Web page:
Jul 26, 2011

What happens to the Peace Corps if we hit the debt ceiling?

Kevin Drum has an alarming post (chart borrowed from the same):

But starting on May 16, when we reached the debt ceiling and Congress did nothing about it, no more bonds could be sold. For the past couple of months Treasury has been playing games to stay in business, mostly by raiding other accounts or suspending payment of securities that could be held off temporarily. But that's done, and now we're headed inexorably to zero. On August 3rd we go into the red and we stop paying a whole lot of bills.

Which bills? Well, the tea partiers never say. But if you're expecting a check from the U.S. government after next Tuesday, you might want to make a contingency plan.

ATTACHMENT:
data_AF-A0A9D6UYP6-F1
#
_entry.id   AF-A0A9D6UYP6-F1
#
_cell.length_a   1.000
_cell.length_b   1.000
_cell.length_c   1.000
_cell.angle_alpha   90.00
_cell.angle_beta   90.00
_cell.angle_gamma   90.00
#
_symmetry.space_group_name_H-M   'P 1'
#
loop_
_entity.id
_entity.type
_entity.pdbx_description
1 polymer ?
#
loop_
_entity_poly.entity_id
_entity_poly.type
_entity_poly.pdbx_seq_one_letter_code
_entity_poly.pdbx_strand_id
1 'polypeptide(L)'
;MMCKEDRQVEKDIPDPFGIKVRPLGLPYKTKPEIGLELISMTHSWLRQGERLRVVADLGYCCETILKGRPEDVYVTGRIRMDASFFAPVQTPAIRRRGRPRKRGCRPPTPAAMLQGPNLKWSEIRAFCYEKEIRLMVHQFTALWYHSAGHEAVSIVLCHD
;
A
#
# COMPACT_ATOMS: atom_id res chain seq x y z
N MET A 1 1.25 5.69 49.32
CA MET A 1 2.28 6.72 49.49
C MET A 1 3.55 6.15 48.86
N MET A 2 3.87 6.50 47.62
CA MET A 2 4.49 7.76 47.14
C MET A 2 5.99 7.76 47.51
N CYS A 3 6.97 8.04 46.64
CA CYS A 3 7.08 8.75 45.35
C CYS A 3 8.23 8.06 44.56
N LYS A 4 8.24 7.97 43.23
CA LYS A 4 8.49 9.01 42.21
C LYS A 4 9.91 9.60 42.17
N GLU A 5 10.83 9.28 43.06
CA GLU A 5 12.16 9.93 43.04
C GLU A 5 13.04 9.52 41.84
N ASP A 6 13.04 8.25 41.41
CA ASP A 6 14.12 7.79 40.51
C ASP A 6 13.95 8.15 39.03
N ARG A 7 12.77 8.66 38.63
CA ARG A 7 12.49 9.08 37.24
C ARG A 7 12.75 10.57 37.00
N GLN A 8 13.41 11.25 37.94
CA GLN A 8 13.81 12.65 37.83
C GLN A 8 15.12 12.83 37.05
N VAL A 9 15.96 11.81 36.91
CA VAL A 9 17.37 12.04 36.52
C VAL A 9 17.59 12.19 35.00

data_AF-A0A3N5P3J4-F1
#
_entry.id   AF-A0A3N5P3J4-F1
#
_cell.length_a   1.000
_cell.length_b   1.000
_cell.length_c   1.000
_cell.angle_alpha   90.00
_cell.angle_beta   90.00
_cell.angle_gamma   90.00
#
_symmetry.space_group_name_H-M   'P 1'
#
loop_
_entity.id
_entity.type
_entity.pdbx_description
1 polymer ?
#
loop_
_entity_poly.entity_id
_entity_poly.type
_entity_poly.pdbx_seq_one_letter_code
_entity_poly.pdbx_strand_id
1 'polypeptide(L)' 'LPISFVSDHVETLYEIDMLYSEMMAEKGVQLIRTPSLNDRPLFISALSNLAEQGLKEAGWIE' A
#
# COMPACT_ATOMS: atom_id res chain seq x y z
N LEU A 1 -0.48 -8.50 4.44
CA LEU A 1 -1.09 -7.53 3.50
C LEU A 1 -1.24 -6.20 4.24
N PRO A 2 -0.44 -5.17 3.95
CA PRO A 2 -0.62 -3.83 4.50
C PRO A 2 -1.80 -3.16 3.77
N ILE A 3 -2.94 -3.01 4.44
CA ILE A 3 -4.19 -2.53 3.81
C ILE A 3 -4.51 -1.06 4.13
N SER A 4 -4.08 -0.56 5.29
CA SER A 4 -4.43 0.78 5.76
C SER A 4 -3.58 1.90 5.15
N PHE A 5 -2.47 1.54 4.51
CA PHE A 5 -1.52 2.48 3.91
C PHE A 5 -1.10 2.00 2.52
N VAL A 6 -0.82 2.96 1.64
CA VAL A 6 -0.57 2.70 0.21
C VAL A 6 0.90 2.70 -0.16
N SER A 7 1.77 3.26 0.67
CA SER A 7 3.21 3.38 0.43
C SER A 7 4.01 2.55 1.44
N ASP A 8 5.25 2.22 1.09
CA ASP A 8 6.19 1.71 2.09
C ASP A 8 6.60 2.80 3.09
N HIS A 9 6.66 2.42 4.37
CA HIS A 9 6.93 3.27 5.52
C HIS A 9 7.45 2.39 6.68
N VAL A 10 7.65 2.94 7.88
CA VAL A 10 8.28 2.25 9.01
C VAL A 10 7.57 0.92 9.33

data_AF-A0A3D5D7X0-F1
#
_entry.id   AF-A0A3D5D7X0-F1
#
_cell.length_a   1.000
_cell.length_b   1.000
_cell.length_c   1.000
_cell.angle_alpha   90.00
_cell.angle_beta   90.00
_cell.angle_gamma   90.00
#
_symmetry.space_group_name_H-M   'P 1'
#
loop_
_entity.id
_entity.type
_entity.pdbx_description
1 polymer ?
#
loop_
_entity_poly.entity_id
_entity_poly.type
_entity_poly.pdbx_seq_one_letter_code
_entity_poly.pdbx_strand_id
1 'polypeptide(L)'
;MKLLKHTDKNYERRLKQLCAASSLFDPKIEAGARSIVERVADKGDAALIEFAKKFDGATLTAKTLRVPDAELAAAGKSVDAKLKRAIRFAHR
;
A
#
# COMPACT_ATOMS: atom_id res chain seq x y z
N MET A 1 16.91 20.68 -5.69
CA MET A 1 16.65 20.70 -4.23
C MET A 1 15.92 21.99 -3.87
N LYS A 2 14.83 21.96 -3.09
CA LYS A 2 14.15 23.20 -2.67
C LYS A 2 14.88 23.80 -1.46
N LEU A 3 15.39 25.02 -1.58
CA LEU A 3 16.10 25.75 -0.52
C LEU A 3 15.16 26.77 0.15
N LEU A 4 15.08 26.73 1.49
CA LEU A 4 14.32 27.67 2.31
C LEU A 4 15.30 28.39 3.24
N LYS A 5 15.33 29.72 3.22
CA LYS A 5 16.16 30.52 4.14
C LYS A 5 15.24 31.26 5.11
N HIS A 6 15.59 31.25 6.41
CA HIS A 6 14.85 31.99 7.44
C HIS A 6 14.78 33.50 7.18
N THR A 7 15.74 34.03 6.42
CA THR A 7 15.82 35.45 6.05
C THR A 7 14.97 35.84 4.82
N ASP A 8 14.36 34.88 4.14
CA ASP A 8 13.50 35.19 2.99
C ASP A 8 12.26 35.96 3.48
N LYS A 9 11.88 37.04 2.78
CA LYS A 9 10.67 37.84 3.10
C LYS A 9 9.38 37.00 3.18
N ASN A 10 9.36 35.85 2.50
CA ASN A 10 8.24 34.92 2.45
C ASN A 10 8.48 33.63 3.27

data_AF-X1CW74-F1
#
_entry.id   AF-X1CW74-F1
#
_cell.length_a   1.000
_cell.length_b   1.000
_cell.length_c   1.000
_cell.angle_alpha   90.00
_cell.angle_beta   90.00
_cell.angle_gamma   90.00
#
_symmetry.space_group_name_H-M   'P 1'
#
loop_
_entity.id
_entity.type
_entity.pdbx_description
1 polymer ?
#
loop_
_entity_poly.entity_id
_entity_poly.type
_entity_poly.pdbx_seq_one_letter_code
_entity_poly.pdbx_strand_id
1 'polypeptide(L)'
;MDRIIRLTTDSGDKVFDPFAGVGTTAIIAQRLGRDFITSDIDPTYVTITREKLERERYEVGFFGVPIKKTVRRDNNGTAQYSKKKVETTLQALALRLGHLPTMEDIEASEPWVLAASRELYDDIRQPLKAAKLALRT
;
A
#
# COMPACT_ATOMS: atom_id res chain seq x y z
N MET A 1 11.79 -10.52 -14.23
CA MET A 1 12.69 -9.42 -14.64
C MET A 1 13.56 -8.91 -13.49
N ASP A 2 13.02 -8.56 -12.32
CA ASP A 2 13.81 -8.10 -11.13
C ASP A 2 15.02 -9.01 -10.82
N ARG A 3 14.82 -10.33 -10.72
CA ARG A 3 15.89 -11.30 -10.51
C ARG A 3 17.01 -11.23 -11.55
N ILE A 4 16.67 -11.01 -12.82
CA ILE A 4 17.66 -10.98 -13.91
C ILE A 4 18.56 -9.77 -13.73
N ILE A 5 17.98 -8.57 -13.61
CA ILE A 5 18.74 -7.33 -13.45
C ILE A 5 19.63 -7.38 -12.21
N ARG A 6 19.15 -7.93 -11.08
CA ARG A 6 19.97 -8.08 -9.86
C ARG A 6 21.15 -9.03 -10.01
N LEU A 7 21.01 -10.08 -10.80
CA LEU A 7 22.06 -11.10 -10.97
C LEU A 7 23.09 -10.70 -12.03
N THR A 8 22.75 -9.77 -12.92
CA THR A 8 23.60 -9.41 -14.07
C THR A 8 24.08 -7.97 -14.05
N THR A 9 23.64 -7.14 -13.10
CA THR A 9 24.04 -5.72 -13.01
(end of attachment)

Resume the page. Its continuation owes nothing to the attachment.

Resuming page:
As it turns out, the government owes me something like $7000—my readjustment allowance, to be paid when I leave the country on August 19th. The idea is for every month in service Peace Corps will hold a bit of cash that they will pay out upon my end of service to ease my reintroduction into America, or wherever I might end up. As I understand it that money is actually deposited every month, so it should theoretically already be there safe and sound. 

But still, it seems like we're in largely unknown territory.  A real default could induce so much chaos I don't think anyone can say for sure what would happen.  To say this is unsettling is putting it mildly.


  1. They've already curtailed sending out new groups for the Fall - and I hope they keep paying stipends!

  2. Im supposed to leave early Oct for the South Pacific. I wonder.....

  3. No joke, right? I'm half expecting to fly home to a smoking crater.

  4. Smoking crater is putting it nicely. At least that expectation would've motivated people to get off their feet. As it stands (no pun intended), we're all still caught up in a number-crunch.